8 Quirky and Unusual Facts About York

In this article we explore some strange and unusual facts you probably didn’t know about York.
  1. York is well known for it’s wealth of haunting. So much so, in 2002 the International Ghost Research Foundation proclaimed it the most haunted city in Europe. Read our blog post that tells you where to catch the most York paranormal activity.
  1. The Shambles is believed to be the oldest shopping street in Europe. The street even gets a mention in the Domesday book of William the Conqueror in 1086. Even today, many of the buildings on the street today date back to the late fourteenth and fifteenth century (around 1350-1475).
  1. Constantine the Great was crowned in York in 306AD (or Eboracum as York was known then) and is the only Roman emperor to have been crowned anywhere outside of Rome. In fact, The Roman Baths public house has a rare example of underground Roman baths that were probably used by Constantine himself.
  1. The famous conspirator Guy Fawkes who plotted to blow up the Houses of Parliament was born in Stonegate. Records in the Minster Library confirm that Mr and Mrs Fawkes lived on the street. Guy attended St Peter’s School, Bootham, York and to this day the school refuses to burn effigies of their famous alumni on November 5th .
  1. The Bar Convent is the oldest living convent in England and was formed in 1686. It has a beautiful neo-classical chapel dating from 1769 which has a priest’s hiding hole and eight separate exits to facilitate the escape of the congregation in the event of a raid during the time Catholicism was outlawed in Britain.
  1. A lightening bolt struck York Minster in 1984 and started a fire so intense that it lasted three days after the consecration of the controversial David Jenkins as Bishop of Durham. The fire caused massive damage to the 13th century cathedral, destroying the roof of the South Transept and shattering the famous rose window into thousands of pieces. It took four years to complete the repairs at a cost of around £2.5m.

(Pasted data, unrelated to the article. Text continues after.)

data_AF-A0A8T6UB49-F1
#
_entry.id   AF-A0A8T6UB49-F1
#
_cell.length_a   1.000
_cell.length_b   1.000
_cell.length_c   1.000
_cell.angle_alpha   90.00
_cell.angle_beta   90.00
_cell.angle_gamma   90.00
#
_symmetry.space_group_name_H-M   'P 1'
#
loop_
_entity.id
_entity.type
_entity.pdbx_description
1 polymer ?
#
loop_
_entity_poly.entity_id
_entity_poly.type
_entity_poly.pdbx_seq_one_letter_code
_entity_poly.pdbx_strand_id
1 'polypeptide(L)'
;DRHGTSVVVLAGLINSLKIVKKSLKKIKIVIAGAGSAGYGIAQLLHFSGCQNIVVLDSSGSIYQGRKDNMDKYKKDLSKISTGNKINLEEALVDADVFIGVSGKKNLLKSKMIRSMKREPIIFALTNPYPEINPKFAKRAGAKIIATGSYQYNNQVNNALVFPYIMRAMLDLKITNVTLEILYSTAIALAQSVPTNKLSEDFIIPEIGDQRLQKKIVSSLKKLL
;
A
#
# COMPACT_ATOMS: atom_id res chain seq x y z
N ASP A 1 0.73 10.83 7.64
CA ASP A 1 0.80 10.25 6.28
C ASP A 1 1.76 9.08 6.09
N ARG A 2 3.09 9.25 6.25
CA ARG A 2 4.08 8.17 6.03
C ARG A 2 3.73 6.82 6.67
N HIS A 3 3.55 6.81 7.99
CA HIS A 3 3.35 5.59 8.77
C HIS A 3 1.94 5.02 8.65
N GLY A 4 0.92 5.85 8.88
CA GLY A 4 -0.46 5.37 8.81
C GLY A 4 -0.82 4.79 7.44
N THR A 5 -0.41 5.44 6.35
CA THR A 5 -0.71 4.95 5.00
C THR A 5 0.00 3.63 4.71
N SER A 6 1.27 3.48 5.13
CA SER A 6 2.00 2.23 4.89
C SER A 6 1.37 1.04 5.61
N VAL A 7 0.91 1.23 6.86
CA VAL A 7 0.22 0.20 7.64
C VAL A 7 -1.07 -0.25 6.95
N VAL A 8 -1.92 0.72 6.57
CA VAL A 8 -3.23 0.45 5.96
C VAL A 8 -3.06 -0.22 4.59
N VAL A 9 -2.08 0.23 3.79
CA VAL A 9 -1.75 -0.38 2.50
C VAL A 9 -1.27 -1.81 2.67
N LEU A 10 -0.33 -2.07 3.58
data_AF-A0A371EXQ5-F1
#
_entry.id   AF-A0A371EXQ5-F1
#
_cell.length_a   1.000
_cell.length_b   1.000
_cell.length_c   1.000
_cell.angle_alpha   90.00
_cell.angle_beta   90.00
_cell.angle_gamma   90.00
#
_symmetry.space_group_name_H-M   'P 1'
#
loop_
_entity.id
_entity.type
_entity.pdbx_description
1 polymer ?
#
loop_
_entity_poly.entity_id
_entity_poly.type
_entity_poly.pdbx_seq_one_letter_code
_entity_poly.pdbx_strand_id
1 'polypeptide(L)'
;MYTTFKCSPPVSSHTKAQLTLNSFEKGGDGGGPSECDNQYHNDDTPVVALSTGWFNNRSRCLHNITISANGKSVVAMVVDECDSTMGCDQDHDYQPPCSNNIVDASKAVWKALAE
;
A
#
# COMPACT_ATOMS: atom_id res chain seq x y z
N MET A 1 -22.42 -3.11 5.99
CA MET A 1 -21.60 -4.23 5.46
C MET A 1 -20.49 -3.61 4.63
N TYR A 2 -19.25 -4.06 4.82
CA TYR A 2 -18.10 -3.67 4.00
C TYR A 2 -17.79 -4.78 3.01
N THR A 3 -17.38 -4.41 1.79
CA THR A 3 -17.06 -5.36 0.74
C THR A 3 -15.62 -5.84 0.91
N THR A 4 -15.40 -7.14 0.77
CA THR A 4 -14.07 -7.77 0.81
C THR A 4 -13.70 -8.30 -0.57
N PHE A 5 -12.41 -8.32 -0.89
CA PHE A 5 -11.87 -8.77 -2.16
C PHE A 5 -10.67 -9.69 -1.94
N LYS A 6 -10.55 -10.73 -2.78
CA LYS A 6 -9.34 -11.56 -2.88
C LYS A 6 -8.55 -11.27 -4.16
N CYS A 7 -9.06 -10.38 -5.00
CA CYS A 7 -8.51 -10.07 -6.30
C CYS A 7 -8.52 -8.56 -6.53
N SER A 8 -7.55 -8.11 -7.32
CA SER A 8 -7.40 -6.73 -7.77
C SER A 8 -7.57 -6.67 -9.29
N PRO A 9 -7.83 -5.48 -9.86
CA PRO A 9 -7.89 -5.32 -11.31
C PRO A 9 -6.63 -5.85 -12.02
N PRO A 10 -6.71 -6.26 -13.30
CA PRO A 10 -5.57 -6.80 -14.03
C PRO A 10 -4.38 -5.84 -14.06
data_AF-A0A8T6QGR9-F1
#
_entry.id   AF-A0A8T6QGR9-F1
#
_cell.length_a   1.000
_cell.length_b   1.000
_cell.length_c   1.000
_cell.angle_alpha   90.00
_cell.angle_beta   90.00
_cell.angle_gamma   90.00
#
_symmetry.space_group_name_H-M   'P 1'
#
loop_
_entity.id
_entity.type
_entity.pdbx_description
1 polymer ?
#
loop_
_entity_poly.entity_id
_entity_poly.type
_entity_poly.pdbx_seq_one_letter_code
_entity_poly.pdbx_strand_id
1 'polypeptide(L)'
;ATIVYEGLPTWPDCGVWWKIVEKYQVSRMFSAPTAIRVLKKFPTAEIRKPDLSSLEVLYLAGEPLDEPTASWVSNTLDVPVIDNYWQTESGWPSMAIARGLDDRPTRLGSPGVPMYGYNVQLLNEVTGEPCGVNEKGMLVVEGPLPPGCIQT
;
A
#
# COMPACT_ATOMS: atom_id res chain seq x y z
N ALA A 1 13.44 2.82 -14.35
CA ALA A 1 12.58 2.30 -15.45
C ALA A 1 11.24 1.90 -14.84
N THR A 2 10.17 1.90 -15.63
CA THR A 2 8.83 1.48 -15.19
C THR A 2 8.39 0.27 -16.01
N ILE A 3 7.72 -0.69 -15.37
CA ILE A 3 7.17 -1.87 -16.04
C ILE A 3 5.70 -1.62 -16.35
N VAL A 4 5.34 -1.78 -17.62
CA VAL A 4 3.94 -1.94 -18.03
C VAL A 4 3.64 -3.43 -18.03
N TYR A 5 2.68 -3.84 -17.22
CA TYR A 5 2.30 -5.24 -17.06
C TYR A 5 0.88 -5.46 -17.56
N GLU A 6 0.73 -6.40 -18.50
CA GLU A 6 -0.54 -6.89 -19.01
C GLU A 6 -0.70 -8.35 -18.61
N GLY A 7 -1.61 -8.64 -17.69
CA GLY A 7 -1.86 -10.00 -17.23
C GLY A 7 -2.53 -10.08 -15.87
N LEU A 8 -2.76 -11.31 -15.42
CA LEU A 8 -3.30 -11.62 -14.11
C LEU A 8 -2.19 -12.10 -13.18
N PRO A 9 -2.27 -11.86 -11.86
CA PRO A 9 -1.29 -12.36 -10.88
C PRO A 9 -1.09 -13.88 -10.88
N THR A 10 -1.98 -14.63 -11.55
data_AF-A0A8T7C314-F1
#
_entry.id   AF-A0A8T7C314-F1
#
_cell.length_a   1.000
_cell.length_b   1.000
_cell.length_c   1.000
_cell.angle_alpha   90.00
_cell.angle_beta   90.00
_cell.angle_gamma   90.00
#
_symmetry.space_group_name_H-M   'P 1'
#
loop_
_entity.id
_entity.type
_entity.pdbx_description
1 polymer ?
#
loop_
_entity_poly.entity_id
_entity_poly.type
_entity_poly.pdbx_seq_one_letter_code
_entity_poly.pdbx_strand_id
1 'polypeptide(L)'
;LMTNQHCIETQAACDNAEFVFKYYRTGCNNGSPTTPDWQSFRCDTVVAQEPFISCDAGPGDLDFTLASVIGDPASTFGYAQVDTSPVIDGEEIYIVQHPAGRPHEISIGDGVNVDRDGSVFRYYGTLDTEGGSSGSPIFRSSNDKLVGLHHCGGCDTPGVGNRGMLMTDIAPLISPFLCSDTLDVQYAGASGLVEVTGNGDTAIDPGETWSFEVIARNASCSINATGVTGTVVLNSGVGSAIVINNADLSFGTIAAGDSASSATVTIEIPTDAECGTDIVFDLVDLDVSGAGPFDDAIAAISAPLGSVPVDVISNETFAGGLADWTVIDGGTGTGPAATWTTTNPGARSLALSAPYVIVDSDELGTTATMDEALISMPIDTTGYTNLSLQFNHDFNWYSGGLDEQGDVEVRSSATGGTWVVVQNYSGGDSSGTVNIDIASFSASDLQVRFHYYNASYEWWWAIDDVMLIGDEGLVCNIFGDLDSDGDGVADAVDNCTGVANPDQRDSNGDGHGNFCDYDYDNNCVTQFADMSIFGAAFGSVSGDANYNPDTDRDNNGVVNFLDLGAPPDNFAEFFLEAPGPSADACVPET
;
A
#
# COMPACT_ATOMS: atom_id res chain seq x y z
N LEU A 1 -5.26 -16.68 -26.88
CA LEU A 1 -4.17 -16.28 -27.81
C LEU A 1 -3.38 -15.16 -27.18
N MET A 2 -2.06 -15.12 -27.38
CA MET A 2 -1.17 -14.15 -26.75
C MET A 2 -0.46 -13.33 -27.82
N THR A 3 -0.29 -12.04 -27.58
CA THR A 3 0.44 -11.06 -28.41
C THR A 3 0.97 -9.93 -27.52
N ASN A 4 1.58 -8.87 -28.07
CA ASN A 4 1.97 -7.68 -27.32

1. Contrary to popular belief, highwayman Dick Turpin didn’t originate from York. Born in Essex, Turpin was a member of the violent Gregory Gang, becoming a highwayman when they went their separate ways.  Having shot and killed a man who attempted to capture him he fled to Yorkshire.  He stole horses in Lincolnshire and returned with them to Brough to sell, a trade which was exposed while he was in Beverley House of Correction having shot his landlord’s cockerel.  He gave his name as John Palmer. He was moved to York Castle, from where he wrote to his brother asking for help.  His brother refused to pay the sixpence due on the letter and it was returned to the local post office – where Turpin’s old schoolmaster recognised his handwriting.  His identity was revealed and he was sentenced to death. At his hanging at Tyburn, Turpin hired five professional mourners to follow him up the scaffold and he put on a show for the large crowd.

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